I’ve been reading the biography of Marion Milner, and I have been fascinated by some of her observations about art and writing and awareness.
So I was very excited to do a little experiment of my own on my family trip to Paris this weekend.
We hadn’t especially planned to visit the Louvre, I favoured the Musee d’Orsay instead, but when my son expressed an interest in going to see the Mona Lisa, that’s where we decided to head. And I with my resolution to widen my awareness, to allow my attention to be drawn rather than thinking hard about what should be drawing it. For I had learned, whether from Milner or elsewhere, that true art has the power to move us, to make something happen to our inner reality, to make us stop and take notice.
However our first stop was the Sacre Coeur in Montmartre – a perfect place to begin to get a feel for the city – with accordion music in green leafy squares and locals sipping on cool glasses of pale pink wine or tiny cups of treacly espresso.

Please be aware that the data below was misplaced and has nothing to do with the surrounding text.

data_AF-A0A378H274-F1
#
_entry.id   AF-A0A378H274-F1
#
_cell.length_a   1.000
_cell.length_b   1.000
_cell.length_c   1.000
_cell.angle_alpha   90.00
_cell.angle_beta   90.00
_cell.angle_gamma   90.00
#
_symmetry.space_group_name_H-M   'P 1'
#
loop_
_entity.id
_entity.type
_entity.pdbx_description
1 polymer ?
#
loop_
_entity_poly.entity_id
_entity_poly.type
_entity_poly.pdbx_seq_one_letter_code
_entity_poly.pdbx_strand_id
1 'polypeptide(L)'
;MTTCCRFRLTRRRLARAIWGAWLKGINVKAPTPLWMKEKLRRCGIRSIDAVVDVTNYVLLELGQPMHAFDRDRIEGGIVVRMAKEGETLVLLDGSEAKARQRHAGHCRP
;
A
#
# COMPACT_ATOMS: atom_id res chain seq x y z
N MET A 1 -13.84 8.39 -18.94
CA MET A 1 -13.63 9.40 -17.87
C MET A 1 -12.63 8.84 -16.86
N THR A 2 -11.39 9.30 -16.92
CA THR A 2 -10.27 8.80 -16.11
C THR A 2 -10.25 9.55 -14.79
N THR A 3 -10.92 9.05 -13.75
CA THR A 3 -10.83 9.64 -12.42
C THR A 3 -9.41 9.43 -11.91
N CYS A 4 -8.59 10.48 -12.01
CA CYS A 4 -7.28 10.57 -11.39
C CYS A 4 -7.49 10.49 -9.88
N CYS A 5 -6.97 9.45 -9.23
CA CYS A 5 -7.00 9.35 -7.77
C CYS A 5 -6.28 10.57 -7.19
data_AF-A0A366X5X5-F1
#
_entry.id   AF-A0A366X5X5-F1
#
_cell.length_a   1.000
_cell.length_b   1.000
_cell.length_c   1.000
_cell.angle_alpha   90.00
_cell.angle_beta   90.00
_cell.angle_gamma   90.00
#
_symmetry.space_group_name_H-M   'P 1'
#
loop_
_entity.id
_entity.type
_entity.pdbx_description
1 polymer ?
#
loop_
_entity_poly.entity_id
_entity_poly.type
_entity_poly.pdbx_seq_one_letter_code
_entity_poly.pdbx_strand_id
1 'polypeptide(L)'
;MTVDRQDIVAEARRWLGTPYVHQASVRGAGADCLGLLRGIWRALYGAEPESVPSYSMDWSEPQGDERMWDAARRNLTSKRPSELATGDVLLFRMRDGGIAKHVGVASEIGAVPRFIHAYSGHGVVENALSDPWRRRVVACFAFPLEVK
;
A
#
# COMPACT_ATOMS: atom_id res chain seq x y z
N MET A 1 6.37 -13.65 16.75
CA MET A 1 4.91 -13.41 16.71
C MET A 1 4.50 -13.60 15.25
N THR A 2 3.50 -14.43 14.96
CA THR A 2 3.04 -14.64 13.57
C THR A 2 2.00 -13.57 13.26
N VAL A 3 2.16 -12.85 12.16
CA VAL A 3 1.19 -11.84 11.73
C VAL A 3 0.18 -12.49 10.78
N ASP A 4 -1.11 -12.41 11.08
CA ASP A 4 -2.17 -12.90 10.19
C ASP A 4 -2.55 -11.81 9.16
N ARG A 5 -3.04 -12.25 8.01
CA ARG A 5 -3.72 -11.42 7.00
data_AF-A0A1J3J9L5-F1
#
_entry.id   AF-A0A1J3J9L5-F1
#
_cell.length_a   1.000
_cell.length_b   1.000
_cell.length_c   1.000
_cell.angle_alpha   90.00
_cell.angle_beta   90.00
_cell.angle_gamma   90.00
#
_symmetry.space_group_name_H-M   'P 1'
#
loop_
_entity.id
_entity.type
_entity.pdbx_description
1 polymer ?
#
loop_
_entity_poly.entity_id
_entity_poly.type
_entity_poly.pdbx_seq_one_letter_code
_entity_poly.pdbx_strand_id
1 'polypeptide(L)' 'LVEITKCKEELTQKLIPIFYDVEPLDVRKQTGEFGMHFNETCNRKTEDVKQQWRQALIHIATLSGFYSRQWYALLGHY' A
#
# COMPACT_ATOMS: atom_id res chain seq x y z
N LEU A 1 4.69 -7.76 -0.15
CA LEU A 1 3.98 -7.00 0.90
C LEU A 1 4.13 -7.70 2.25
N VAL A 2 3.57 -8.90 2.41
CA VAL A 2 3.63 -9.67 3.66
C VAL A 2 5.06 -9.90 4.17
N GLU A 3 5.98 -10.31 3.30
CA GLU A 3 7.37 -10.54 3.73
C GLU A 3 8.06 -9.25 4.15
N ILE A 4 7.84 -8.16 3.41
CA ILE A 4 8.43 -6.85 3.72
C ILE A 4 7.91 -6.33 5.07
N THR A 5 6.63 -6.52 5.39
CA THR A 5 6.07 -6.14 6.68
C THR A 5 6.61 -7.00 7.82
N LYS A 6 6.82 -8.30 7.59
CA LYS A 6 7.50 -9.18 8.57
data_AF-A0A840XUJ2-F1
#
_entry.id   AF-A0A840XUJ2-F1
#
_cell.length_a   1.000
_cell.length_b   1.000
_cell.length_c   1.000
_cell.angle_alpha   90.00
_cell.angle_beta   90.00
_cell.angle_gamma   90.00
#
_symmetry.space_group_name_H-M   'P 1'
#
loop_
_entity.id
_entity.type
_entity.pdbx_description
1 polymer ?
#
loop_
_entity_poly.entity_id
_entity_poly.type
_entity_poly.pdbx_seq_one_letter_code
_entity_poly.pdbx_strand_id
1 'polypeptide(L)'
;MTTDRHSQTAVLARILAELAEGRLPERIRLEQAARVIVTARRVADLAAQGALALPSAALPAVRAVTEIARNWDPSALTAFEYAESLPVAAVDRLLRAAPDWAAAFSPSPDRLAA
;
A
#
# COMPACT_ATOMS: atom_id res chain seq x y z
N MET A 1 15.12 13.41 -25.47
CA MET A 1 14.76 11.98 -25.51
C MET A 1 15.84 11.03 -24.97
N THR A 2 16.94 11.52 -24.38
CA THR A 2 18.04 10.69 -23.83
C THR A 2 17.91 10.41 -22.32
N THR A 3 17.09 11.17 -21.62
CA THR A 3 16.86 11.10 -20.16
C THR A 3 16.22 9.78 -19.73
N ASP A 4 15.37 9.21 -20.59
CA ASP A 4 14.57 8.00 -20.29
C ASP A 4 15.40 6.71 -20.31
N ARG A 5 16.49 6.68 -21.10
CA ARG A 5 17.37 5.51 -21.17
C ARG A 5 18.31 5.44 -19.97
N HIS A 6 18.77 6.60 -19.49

And there, just beyond La Place du Tertre, sits La Biscuiterie de Montmartre, with the most astonishing of window displays.
Macaroons. With their pastel glossiness, eye-catching arrangement and tempting packages. Heart-stoppingly pretty, and telling of a craft and a dedication generations old.
So there it happened. My attention was drawn, quite accidentally, quite delightfully. By a plate of macaroons. Was this art?
Perhaps. The dusty works of the Louvre had to work doubly hard after this.